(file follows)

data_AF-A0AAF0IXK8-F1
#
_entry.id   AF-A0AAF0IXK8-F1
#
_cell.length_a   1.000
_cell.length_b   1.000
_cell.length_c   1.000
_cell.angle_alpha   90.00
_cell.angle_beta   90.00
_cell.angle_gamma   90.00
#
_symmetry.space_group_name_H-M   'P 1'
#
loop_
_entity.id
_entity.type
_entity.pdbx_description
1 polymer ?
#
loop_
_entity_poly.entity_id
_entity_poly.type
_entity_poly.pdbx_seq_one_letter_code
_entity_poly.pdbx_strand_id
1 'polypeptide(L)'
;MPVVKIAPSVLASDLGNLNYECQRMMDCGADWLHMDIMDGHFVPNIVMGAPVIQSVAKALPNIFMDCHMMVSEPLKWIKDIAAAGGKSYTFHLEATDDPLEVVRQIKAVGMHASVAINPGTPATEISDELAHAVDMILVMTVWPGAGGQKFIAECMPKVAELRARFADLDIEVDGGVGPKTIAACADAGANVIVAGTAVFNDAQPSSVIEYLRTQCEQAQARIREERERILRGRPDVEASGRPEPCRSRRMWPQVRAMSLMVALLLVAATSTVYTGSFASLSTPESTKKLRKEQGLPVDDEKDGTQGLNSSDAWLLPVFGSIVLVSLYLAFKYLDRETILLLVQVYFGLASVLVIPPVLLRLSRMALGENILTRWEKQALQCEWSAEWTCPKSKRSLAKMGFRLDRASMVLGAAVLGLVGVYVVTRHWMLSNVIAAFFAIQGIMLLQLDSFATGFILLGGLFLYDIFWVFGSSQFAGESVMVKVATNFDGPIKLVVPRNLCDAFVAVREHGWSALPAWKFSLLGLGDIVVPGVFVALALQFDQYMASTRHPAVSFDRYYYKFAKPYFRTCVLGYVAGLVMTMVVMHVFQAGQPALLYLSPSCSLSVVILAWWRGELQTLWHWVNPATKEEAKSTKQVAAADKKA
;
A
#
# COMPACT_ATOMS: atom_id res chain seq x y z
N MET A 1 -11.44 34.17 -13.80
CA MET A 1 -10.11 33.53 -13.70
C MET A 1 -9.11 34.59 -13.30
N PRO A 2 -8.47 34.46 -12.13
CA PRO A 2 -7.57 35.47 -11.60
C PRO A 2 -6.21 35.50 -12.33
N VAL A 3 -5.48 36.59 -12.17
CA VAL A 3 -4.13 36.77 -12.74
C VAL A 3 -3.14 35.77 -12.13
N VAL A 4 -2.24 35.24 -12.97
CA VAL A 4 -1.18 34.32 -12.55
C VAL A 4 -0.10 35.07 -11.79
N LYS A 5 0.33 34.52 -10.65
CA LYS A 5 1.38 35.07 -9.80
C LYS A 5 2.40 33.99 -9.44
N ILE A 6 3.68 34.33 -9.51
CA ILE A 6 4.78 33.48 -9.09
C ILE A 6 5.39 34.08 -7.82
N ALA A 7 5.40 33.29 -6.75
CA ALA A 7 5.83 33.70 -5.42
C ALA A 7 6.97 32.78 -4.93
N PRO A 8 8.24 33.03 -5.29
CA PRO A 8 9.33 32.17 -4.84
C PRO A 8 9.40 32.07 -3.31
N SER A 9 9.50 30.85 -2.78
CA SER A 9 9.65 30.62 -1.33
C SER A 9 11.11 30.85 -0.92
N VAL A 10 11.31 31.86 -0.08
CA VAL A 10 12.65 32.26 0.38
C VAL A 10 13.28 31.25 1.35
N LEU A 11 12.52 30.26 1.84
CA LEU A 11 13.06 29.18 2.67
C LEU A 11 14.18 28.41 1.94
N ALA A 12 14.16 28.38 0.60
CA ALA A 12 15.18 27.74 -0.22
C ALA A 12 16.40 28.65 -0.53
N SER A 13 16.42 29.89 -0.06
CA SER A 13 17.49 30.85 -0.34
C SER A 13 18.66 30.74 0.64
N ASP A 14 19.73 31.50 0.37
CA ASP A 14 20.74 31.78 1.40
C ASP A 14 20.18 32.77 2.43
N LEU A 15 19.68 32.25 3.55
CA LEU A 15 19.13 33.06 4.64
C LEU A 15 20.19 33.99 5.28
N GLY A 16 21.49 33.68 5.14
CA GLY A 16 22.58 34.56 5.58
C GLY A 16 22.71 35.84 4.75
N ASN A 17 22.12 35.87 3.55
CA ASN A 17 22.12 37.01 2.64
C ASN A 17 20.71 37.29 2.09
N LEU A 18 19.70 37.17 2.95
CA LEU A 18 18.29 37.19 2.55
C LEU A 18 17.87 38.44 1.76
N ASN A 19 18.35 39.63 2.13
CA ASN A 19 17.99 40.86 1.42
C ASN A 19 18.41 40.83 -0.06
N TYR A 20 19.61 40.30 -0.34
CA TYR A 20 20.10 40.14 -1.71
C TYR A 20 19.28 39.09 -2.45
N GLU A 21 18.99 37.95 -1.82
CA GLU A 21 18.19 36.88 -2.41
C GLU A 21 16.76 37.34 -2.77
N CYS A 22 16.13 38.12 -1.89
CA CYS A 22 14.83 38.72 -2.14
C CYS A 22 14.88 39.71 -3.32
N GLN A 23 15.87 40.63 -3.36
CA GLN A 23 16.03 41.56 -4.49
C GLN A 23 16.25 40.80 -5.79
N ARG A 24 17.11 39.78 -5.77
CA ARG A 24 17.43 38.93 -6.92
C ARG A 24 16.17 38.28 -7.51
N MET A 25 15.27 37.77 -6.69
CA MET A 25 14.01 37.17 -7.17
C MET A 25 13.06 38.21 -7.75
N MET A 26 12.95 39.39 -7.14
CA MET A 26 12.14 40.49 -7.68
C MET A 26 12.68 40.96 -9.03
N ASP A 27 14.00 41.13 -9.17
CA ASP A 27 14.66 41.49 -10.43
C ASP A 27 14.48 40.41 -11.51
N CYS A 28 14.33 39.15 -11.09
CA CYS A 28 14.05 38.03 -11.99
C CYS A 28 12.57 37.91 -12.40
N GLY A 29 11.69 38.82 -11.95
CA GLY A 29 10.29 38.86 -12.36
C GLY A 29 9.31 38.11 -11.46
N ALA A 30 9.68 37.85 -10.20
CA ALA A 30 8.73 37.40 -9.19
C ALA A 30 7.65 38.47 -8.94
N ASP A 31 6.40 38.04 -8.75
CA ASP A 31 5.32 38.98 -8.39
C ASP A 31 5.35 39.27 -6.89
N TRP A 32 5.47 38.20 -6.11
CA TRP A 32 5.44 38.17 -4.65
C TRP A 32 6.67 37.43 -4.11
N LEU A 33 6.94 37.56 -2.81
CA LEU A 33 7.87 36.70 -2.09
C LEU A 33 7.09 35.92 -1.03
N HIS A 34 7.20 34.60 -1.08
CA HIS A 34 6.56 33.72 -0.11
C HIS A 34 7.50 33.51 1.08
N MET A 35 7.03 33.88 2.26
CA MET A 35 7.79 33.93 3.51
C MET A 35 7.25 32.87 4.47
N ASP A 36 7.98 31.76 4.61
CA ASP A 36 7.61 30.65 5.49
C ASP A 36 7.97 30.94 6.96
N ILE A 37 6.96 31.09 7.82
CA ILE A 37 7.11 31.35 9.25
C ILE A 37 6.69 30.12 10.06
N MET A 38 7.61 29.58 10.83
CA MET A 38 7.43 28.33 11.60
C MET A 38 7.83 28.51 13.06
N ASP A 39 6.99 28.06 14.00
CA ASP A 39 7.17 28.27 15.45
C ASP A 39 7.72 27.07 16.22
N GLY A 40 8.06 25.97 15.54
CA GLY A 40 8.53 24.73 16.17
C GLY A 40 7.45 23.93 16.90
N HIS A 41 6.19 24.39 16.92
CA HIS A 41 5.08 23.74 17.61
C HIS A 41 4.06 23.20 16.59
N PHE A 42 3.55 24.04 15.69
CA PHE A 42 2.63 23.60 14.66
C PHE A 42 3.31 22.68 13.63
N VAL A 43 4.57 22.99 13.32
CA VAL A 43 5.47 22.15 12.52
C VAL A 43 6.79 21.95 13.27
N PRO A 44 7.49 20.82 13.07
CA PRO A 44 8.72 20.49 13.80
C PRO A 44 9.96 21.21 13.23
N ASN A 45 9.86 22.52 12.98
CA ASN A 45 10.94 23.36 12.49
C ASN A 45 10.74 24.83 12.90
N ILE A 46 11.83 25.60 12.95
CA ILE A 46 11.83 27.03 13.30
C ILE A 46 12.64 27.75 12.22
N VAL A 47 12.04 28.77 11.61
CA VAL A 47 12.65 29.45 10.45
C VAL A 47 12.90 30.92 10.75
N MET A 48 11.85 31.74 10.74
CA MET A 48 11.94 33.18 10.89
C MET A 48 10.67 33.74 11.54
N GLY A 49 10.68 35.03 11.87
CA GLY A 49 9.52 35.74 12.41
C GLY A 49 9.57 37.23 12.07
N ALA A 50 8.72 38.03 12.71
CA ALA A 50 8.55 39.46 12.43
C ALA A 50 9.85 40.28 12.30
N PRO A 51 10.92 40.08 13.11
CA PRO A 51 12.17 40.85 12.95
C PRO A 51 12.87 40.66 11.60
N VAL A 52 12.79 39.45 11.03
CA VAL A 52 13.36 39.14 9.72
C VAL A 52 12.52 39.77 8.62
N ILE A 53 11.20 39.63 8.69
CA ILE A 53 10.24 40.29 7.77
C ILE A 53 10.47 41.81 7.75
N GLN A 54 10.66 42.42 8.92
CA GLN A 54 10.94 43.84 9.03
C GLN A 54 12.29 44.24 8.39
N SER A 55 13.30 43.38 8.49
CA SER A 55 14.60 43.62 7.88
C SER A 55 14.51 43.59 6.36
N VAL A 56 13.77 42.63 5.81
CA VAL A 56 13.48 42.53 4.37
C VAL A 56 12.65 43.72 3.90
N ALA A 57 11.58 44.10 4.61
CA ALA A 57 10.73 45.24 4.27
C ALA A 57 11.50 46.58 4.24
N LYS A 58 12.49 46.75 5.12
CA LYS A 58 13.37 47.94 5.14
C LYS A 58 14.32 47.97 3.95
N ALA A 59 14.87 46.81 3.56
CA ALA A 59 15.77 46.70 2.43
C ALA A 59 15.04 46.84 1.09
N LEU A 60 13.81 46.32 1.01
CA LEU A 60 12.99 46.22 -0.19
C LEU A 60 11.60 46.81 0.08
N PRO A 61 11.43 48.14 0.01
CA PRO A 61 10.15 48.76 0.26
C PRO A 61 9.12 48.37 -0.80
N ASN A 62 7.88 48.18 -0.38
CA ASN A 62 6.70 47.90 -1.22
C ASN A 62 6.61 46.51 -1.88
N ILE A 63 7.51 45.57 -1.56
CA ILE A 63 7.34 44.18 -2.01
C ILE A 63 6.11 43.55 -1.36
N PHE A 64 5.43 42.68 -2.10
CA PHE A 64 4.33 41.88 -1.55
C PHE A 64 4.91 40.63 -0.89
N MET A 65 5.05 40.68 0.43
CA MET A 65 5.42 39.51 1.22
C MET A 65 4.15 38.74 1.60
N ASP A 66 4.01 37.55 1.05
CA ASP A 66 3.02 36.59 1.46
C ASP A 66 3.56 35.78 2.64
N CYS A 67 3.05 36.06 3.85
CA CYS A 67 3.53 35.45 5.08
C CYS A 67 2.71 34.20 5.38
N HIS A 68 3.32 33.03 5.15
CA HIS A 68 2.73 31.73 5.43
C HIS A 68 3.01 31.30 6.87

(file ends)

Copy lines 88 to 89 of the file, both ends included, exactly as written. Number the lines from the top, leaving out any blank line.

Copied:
N TYR A 20 19.61 40.30 -0.34
CA TYR A 20 20.10 40.14 -1.71